Unfortunately, I only last about 3.25 minutes before the room started spinning. The Russian Sauna isn’t for the faint of heart. I push my way out, skin bright red, and dive into the plunge pool. I think I’m done.

Upstairs the smell of homestyle Russian food greets us. After a quick shower and change, we ditch our plans for a swanky night of dinner and dancing and settle instead for a warm meal of dumplings and borscht — no flowers or sushi needed.

The Russian & Turkish Baths are located at 268 10th Street in New York City. A one-day pass is $35 and includes facilities, robes, slippers, towels, soap, razor and timeless words of wisdom.

[Image via Russian & Turkish Baths]

Stressed? Soak up some relaxation in a hammam

New experiences make the best presents.

My brother-in-law and his wife gave me and my wife gift certificates to Madrid’s biggest hammam, or Arab/Turkish bath.

I’ve always liked hammams. The ones in Turkey, with their cold, warm, and hot sections, are reminiscent of Roman baths. I’ve also tried them in Iran, where in poorer neighborhoods that lack plumbing they aren’t just for relaxation, but also literally for bathing. Those aren’t as relaxing because most people are just popping in for a quick shower instead of lazing away the afternoon with some steam and a massage.

Last week was the first time I tried a hammam in the Western world. They’re getting more popular, cropping up in many cities as a cheap alternative to a spa. The one we went to was in an old water works that had been remade to look like a Turkish bath, complete with piped music and fake skylights. In contrast to their Middle Eastern counterparts, most Western baths let in people of both sexes. Bathing suits are required, unlike certain Parisian hammams a female friend of mine goes to!The hammam had a warm pool that felt like a bath, a hot pool that felt wonderfully relaxing but made me sleepy if I stayed in too long, and a reinvigorating cold plunge. Supporters of hammams say that making the rounds between warm, hot, and cold baths relaxes and rejuvenates you, improving general well-being and opening up pores to improve the skin.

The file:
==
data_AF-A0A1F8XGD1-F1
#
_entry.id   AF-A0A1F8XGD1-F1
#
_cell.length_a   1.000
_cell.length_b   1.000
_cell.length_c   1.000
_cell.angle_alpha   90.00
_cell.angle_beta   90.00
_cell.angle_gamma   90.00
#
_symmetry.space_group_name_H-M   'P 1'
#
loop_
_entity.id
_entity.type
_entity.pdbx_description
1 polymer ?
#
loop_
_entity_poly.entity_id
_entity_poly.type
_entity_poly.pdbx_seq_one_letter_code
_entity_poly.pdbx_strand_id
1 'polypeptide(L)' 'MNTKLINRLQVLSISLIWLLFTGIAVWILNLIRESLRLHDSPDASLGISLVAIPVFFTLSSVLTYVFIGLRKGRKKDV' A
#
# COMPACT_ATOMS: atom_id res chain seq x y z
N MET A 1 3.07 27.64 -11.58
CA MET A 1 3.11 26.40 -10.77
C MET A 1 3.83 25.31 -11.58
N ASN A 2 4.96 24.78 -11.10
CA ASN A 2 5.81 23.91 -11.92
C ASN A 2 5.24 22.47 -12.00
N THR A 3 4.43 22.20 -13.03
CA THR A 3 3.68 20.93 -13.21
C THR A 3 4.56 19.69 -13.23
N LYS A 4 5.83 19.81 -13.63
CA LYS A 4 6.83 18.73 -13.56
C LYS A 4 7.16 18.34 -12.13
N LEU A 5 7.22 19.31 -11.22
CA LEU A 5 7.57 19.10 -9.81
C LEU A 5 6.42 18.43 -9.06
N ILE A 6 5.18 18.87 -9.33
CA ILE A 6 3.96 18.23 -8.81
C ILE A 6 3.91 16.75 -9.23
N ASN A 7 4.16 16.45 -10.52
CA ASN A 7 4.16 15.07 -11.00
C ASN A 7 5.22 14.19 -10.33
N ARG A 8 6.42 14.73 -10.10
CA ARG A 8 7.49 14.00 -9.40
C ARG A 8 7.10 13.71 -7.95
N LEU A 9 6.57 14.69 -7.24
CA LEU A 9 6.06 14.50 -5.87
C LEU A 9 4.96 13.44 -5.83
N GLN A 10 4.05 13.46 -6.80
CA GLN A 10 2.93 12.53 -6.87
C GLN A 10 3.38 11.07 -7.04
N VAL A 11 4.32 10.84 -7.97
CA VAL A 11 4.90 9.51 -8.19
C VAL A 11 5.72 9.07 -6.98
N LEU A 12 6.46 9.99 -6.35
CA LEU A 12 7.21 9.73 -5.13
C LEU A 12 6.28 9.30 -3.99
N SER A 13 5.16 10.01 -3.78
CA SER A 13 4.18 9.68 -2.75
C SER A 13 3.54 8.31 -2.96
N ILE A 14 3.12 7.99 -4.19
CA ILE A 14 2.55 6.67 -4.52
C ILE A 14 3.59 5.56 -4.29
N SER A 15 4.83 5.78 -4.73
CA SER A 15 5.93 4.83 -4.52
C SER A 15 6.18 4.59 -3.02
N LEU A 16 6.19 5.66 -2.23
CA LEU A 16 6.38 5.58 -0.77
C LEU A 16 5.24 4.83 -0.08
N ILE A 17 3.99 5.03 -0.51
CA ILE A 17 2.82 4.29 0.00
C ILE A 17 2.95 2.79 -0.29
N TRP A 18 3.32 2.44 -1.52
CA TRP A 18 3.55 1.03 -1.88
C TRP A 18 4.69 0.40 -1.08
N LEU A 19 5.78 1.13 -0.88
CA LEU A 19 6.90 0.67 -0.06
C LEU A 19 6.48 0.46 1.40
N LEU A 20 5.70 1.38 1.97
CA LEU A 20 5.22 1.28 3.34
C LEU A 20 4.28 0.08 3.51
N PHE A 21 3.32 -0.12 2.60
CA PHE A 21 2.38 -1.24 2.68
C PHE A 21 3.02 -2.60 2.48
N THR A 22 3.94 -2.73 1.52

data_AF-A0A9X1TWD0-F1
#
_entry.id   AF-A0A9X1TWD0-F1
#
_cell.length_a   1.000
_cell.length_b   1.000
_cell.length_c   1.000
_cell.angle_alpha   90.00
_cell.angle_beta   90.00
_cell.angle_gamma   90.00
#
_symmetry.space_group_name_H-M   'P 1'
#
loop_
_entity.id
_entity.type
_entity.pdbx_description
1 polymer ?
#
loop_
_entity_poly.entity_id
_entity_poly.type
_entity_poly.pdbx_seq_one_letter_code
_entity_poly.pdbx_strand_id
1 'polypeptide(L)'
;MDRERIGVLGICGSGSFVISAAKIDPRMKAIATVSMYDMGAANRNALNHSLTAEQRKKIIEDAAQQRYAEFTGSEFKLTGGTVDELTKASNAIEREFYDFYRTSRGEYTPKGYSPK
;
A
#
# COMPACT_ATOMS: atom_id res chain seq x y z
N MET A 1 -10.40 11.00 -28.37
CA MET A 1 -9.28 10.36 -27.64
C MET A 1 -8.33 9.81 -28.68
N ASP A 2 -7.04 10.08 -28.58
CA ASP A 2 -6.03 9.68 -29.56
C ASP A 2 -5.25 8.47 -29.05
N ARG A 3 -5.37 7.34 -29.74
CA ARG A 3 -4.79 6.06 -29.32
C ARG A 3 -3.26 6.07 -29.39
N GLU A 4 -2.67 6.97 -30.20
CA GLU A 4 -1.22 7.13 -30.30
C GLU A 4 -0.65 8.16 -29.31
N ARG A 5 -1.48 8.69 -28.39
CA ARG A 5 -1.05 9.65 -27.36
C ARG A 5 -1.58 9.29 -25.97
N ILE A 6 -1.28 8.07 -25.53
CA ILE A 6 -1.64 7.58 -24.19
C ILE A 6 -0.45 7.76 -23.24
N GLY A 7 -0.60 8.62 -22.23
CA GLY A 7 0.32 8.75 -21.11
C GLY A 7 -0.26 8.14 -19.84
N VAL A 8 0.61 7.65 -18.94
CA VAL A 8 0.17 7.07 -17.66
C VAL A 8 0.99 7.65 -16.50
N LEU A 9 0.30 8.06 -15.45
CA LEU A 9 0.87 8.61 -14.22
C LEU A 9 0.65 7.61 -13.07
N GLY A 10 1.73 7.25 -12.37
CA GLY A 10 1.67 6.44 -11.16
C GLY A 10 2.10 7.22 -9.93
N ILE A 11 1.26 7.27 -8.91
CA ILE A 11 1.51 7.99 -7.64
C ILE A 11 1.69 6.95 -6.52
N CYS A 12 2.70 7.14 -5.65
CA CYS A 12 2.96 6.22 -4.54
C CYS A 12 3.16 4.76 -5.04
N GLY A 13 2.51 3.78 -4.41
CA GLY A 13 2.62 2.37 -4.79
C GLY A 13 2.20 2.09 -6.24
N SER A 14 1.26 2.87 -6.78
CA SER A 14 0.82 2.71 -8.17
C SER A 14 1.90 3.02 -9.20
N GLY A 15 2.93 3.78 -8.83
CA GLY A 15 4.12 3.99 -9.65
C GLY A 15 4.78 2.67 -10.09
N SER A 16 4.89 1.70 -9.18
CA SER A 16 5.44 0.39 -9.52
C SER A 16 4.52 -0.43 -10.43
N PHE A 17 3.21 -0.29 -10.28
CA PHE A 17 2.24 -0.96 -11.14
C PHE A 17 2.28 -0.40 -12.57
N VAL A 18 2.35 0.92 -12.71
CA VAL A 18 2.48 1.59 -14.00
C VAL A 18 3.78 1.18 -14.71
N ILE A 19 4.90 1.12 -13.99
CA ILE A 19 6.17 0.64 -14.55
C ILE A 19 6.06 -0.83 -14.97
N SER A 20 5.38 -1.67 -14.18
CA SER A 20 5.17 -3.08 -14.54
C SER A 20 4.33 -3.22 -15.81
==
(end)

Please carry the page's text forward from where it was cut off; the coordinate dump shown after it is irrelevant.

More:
The attached picture shows a Turkish hammam, where the water is in basins, but the hammam we went to had actual wading pools filling large rooms. Some people even swam laps!

This particular hammam, like many others, also has a steam room and massage therapists. My wife and I both got expert fifteen-minute massages. The whole experience was very soothing and the perfect way to unwind after a hectic holiday season. The only off note was some of the customers. Spaniards feel the need to speak loudly absolutely everywhere, including during movies, an unforgivable sin, and also in hammams that have signs saying “Silencio, por favor” hanging on every wall. In the Turkish and Iranian baths I’ve visited silence always reigned, and the hushed atmosphere added another level of relaxation and otherworldiness to the experience.

Most of the customers were couples in their twenties, thirties, or forties. While this is not a place for picking up members of the opposite or same sex, the warm air, trickle of water, and dim lighting does create a sensuous atmosphere. It’s perfectly acceptable to snuggle up to your partner and kiss, but the guy who was nibbling his girlfriend’s toes went a bit too far in my opinion.

Hammams are getting more popular in the West, so check out if there’s one near you and get your in-laws to treat you. You won’t be sorry.

Istanbul’s hammams becoming more popular

In Ottoman times they were the daily ritual of the wealthy and middle class. Hammams were a place to unwind and socialize while getting clean. But in the twentieth century with the rise of internal plumbing and changing attitudes, the traditional hammam declined. Many decayed or were converted to other uses.

Now hammams are becoming popular again. Turks are once again interested in their Ottoman past, and with the recent death of the last heir to the Ottoman throne, that nostalgia will probably increase. Cagaloglu, built in Istanbul in 1741, is on sale for $16 million. Another one in Istanbul’s Aya Kepi neighborhood, dating to the 16th century and built by the famous Ottoman architect Sinan, is on sale cheap for $3 million, but needs extensive remodeling. At the moment it’s being used to store lumber! Hopefully someone will buy this historic building and reopen it as a hammam. There’s also been a spate of new building, with hammams appearing in shopping malls and hotels.

While the big historic ones in Istanbul are impressive, going to a small-town hammam in Cappadocia was one of the more memorable experiences of my month in Turkey. It was so small, in fact, that they didn’t have separate men’s and women’s sections. Men and women went on different days. The smaller crowd made the whole experience more relaxing and the tellak (masseur) sure knew his business. As I lay on a warm stone bench he squashed me into the rock, kneading my muscles until tension fled in terror. The best feeling was when he stopped! It was only then that I realized how relaxed I was.

Lounging around a hammam is a great way to spend a couple of hours. So if you’re headed to Turkey, try a hammam. The small-town ones are more sedate and less expensive, but the big popular ones in Istanbul need support too.